Are you a new school teacher? There are 10 strategies that can help your first year of teaching be a success! The first year of teaching can be stressful, joyful, and challenging all at the same time. Learn how you can use these strategies to build a first year of teaching that will help you be organized and successful with students.
Tip #1 for first year teachers. Over prepare for the first day of class. This may sound a little obsessive, but you only get one chance to make a good impression on your students, so you must be prepared. Work in your classroom as soon as possible to become very familiar with its layout. Count the desks and find out the number of students you will have in the classroom. Plan how you will introduce yourself to students and plan how you will have your students introduce themselves to you as well as the other class members. Learn the daily schedule for the day and keep the students engaged, interacting, and busy. On the personal side, if you have just moved to the area, practice your route to class and do everything you can to make sure you will arrive safely, calmly, and well prepared for your first day of class.
Tip #2 for first year teachers. Plan for classroom management. Find out what the school wide policies are, and who provides backup support for teachers regarding discipline areas. Plan out procedures for everything students will be doing in class. Arrange desks so that you can get to each one. Gather materials to be used on the first day. Plan to greet students at the door and have them find their seats based on a seating for them. Post the class rules, consequences, and positive rewards for following the rules. Managing the classroom efficiently is crucial to having a successful classroom.
Tip #3 for first year teachers. Learn to accept today’s students and realize that they are not going to act the same way you did in school. Times have changed, therefore your thinking has to be positive and change in order to engage students today. Accept their music, their tattoos, and their background. Students today need their teachers more than ever and the most challenging student to teach may need more than the regular employee needs.
Tip #4 for first year teachers. Acknowledge that students today need their teachers support and guidance more than any time in the past, and the toughest student to teach may be the one who needs you most. So, it is critical to be available for your kids in order to successfully gain their trust and motivation to learn.
Tip #5 for first year teachers. Assess prior interests and knowledge. Don’t assume the 7th grader, for example is ready for 7th grade material. Assess your students with a pre-test designed to determine what level of learning they are at. Utilize interest inventories to find out what your students are interested in reading outside of class and what their goals are for learning during the school year.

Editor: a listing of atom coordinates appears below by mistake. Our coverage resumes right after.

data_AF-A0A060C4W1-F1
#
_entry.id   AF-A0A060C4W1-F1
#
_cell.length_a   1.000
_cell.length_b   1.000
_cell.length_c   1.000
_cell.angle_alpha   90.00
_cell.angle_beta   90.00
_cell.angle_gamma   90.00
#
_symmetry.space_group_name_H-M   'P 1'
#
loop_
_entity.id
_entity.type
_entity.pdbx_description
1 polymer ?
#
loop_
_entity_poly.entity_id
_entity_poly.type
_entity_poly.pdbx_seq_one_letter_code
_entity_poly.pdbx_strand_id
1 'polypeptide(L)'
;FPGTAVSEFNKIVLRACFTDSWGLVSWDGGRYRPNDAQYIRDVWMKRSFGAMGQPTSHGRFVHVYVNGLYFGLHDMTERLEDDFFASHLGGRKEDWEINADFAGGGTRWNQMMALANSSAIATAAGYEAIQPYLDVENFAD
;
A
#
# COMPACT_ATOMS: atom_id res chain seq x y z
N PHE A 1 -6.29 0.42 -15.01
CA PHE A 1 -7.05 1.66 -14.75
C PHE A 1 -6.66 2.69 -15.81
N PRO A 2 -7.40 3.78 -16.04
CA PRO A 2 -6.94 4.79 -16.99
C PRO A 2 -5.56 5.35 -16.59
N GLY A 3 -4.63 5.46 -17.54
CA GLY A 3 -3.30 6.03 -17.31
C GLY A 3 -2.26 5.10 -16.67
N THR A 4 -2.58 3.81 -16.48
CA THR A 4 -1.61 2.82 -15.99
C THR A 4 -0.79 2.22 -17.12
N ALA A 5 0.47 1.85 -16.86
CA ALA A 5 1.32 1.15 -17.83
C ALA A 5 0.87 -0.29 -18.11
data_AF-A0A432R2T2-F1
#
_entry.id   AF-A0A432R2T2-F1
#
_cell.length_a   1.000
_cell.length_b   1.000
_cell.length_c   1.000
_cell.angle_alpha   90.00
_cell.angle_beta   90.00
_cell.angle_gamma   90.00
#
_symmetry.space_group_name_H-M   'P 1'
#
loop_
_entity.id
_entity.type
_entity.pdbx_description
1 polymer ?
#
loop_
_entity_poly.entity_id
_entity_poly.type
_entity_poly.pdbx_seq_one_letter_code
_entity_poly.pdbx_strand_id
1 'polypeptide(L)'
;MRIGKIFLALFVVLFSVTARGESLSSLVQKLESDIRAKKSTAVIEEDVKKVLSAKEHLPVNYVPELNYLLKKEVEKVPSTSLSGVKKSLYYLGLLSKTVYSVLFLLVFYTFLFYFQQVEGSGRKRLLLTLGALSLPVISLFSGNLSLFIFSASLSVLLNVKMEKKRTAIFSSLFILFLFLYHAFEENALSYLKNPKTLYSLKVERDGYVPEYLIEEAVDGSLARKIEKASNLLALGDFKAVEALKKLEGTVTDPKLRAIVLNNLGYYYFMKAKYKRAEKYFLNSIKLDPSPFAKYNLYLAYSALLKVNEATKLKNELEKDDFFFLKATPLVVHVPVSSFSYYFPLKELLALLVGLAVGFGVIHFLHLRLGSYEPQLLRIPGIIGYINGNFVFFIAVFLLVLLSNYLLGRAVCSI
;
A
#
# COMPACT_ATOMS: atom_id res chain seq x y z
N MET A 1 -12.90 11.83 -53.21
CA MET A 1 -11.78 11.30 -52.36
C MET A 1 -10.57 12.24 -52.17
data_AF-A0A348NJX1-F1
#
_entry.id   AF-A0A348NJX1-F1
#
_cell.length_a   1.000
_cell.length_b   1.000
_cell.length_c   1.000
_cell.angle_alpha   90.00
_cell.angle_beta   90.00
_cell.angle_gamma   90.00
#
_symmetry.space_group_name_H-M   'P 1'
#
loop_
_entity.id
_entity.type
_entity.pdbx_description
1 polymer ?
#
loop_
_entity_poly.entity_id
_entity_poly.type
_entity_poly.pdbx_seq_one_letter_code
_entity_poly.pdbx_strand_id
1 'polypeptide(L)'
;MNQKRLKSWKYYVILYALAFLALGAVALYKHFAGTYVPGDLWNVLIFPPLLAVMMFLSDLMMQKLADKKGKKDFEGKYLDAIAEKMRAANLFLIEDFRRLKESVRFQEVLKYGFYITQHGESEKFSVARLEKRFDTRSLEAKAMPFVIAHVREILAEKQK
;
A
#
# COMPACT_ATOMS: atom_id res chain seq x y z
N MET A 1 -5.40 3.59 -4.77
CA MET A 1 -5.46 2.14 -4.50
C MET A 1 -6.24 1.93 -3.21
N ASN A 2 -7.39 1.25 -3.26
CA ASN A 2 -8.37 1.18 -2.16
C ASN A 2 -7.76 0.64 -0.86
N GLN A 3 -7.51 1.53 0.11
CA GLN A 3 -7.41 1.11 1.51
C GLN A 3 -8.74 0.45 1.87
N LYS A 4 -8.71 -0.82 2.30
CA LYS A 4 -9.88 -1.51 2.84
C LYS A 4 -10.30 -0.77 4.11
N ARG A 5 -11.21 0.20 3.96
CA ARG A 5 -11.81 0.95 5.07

Knowing the background and interest of your students will help you to meet their needs and achieve their goals.
Tip #6 for first year teachers. Keep lines of communication open with the parents. As the school year begins, send out letters to parents informing them of rules of discipline, management plans, the school calendar and information on the curriculum you will be teaching. Inform parents on dates for open houses so they can plan to come, meet you and ask questions. Also learn from veteran teachers how they handle parent conferences and adopt your own method.
Tip #7 for first year teachers. Don’t be afraid to use different teaching strategies. Kids today are already computer savvy and some in middle and high school kids are already taking online classes, so make sure you keep current on new teaching strategies to keep learning more attractive to your students.
Tip #8 for first year teachers. Keep good plans and records the first year and your second will be much easier. Keep samples of your student’s work, and proof of your professional development activities. Some schools will require a portfolio from you during an evaluation.
Tip #9 for first year teachers. Practice self-help and stress management. While first year teachers often complain that their duties consume all their time, make it a priority to have some “self-care” time. Eating right, exercising and creating some down time for “you” each week will help you keep you strong. Balance your time between friends, family, colleagues, and students.
Tip #10 for first year teachers. Get to know veteran teachers and take advantage of their wisdom and past experiences to enhance your own teaching style. Find yourself a mentor to listen to your concerns and offer advice and solutions. Also invite them to observe one of your classes and encourage suggestions as to how you can improve your teaching methods.
Incorporating some or all of these tips in your first year of teaching will make it more successful and less stressful.
Mary C Clement is a professor of teacher education at Berry College, northwest of Atlanta, GA.
Article by Clement in Update for Inside the Schools Newsletter on; Things New Teachers Can Do To Be Successful.